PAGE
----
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Close All the Tabs in Your Brain and Take a Breather with Ali Beletic's "Walk This Earth"

The determination of Patti Smith, the dark drawl of Cat Power, and the beatnik home-is-where-my-harmonica-holder-is vibe of early Bob Dylan.

When was the last time you sat still and just existed? That means: not thumbing through Twitter, scouring any room you enter for the best thing to Instagram, or following ten different trains of thought at once like you left all the tabs open in your brain. It's rare that we remember to take a breather, and be silent, which is why artists who prompt you to do that can often be some of the best.

Ali Beletic is best known for her work as an installation artist, but she recently poured her energy into a debut album that's been several years in the making. Leaving the art/punk scene and saturation of Brooklyn for the Sonoran Desert to "explore concepts of transformation, personal rebellion, and that which exists out on the boundaries of our humanity," Ali creates an experience that gives your nerves a massage and strips your mind of distraction—kind of like putting your head underwater in the bath.

The result harnesses the determination of Patti Smith, the dark drawl of Cat Power, and the beatnik home-is-where-my-harmonica-holder-is vibe of early Bob Dylan. In a world that moves a hundred miles an hour, where instant gratification rules supreme, Ali's work is patient and sensory. If you'd like to get an idea of what that feels like then we're premiering her new video for "Walk This Earth" which is filmed entirely at dusk and features Ali riding around on a horse, traversing a river, and doing lots of other things that can cause people to consider the profundity of being alive but nobody ever does because we're too busy ordering Deliveroo to the pop-up "urban beach party."

Watch that below and read our Q&A with Ali after the jump.

Noisey: Hi Ali. So, this video is beautiful. What was the inspiration and where was it filmed?
Ali Beletic: Lost communication, fire in the streets, the knowledge that comes without electricity, seeking wild places left out there and in ourselves, camaraderie, hearing distances beyond our limited capacity, setting people ablaze, the current lost generation...

It was filmed in many different locations, mostly in California—Pioneertown up near Pappy and Harriets, Joshua Tree, outside of my studio in the desert, and the Coast, as well as including some footage from my travels.

The video feels very sensory to me, like a call for people to slow down, reconnect with themselves and their surroundings. Is that fair to say, or am I way, way off?
The inspiration for the video is in the inspiration for the song. “Sensory” is a great word; It’s definitely about pace, getting in touch with your senses, letting a certain wild spirit out, that freedom, the earth on your feet, a non-dualism, about joie de vivre, and about a certain vanguardism.

You're also an installation artist. Could you tell us a bit about that and how you fell into songwriting?
The art I make is based on creating 360 degree sensual experiences or environments. When I moved out West, my artwork grew to scale. A lit boulder field you can hike through, a lake of many floating fires, drummers scattered throughout the backcountry that stun and surprise the attendees at night in the echo fields of the wash and mountains. Simultaneously, I started throwing what I called Vanguard Parties. The idea here was to get people out of their normal mindset—pushing the edges of our experiences and the edges of our limitations. Throwing a ticker tape parade that doesn’t just fall on the artists—hiking in to backcountry to build a sculpture, or lightning ice on fire, building a surfboard out of Tule reeds and then going out to surf it and so on. Eventually these two forms of expression merged to become the sensual and the radical sides of my art.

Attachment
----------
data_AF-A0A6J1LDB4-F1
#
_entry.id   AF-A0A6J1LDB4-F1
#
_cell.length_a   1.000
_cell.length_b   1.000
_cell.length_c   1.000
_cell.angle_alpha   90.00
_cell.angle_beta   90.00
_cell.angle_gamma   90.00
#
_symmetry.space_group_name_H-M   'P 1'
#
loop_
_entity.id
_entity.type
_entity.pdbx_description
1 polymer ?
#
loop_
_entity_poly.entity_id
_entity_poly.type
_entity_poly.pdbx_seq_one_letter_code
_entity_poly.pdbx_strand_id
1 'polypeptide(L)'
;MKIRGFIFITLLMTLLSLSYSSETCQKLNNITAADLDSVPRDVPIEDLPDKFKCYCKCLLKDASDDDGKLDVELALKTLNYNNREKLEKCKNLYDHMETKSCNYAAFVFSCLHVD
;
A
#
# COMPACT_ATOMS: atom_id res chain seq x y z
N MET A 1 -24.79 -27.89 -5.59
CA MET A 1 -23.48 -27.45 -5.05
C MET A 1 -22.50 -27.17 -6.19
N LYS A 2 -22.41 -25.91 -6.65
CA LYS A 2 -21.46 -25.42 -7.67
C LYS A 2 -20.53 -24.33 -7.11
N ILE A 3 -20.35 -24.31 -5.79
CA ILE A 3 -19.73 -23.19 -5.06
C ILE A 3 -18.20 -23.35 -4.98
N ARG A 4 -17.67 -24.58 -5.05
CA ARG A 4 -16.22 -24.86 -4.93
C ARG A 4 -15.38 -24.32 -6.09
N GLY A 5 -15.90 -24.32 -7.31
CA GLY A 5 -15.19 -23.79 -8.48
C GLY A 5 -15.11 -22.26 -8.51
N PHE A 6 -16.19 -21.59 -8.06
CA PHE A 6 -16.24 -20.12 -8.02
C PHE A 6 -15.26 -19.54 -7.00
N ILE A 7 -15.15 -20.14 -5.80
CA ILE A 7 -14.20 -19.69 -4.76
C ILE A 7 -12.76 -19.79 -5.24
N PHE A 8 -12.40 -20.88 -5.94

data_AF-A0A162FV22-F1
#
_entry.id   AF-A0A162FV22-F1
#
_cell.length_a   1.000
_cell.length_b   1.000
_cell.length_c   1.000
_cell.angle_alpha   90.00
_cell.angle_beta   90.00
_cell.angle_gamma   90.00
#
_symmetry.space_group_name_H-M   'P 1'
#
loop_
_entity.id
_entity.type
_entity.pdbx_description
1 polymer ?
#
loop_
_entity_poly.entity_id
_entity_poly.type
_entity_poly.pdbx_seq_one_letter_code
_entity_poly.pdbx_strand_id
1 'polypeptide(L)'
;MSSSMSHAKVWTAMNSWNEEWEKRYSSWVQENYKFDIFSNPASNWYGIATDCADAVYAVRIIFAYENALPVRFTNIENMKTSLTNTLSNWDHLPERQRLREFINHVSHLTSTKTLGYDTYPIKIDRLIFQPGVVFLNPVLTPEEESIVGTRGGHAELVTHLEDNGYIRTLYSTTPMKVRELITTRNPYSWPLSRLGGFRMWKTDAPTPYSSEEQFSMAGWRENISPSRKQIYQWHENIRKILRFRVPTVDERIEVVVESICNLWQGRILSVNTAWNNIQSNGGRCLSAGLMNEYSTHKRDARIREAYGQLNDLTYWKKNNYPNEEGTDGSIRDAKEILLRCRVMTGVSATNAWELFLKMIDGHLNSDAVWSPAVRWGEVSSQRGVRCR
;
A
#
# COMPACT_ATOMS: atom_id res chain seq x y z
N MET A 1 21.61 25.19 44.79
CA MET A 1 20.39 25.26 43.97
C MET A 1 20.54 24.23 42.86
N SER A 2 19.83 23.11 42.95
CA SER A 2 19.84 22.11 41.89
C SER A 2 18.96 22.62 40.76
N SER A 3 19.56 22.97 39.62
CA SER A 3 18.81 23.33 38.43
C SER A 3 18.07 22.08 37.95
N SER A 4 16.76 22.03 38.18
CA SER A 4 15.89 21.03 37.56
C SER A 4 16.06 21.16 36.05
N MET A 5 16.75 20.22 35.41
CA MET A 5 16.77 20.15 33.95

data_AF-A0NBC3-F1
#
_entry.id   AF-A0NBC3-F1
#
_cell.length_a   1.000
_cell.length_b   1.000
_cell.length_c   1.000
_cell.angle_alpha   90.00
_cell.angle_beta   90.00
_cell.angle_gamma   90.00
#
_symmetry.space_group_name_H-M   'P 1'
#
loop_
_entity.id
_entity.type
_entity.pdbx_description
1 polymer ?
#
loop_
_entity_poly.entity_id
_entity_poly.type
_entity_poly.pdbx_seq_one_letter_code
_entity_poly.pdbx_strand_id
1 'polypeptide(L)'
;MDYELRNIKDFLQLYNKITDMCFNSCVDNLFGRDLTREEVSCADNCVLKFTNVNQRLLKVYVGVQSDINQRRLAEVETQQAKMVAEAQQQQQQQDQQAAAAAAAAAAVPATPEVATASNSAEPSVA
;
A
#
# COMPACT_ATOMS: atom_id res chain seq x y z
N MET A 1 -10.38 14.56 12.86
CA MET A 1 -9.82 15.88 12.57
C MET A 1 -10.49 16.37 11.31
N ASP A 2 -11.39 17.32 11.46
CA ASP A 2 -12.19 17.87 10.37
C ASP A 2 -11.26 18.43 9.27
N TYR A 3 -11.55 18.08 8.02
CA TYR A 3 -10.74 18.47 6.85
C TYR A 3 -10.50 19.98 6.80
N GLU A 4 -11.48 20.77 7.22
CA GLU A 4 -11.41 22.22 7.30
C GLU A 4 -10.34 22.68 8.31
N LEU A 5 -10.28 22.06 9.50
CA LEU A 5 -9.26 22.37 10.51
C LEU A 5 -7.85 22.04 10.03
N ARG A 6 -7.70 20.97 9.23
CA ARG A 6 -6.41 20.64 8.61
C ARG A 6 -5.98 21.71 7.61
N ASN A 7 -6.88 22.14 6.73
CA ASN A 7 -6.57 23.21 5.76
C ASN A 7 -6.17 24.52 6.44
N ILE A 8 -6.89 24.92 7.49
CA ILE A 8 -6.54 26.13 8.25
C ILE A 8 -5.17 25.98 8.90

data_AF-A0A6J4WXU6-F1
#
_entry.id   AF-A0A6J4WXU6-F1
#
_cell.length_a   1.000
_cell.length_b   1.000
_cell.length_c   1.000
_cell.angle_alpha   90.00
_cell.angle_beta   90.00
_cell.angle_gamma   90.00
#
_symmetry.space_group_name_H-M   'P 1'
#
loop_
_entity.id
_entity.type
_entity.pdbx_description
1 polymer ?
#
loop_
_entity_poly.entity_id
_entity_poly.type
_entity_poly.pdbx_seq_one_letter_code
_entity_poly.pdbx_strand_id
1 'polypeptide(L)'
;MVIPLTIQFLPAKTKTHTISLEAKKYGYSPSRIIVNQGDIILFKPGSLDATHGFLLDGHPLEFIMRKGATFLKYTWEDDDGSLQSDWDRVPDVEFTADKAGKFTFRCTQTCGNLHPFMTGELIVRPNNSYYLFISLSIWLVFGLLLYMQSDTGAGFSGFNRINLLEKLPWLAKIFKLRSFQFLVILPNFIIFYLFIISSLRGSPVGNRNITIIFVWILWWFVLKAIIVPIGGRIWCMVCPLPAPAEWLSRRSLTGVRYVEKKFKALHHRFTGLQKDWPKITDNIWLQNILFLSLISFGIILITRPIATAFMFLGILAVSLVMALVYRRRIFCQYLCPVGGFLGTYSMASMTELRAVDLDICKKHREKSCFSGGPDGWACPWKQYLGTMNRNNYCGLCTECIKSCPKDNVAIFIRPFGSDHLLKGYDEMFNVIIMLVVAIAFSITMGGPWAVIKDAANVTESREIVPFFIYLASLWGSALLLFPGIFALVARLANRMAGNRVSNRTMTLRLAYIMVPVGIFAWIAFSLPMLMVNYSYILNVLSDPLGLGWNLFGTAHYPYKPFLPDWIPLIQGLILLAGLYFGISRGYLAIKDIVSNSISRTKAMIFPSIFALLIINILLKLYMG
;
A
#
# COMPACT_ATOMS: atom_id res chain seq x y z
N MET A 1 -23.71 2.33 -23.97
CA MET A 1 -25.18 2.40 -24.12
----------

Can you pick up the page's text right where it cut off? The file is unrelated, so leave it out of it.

I’ve been a musician for a long time. But in the past, it was more of a personal study rather than an expression. My mother is a singer. I studied voice and piano my whole life and then guitar once I moved to Brooklyn. I wanted to make a record, but I waited until the expression felt right to start songwriting. I moved to the Sonoran desert to work on this record. Seth Olinsky (Cy Dune, Akron/Family) and I set up a studio in this ultramodern house on the edge of the desert. We both recorded records there. We were moving amps all over the house testing different acoustics. I had a collection of these old drums and percussion I had collected over the years. And he had all these tape machines and cool vintage gear. Our friend Jeff Stokes made us these cool fuzz pedals. It was pretty fun. And the whole time, I was hiking into the desert daily and spending nights in my studio writing.

How come you left New York City for the desert? For you, what virtues does the desert afford you that the city doesn't?
Earth art, vanguardism, a million motorbikes traveling in tandem, getting to play loud music, riding horses, nature, space, the quietness of working on your own ideas, getting to ride dirt bikes into the backcountry.

I definitely miss the culture explosion, painter, record digging, secret loft parties, playing guitar in the dark with your neighbors, Guggenheim retrospective, Malian music down at Zebulon, MacArthur genius friends, sneaking in to C.U.A.N.D.O to sing in the pool, transforming abandoned places into secret parties, street culture, of New York too!

If you could live anywhere in the world where would it be?
Kauai. That place is so phenomenal.

Thanks Ali!

Legends of These Lands Left to Live will be released on June 17 via Lightning Records.

Follow Emma Garland on Twitter.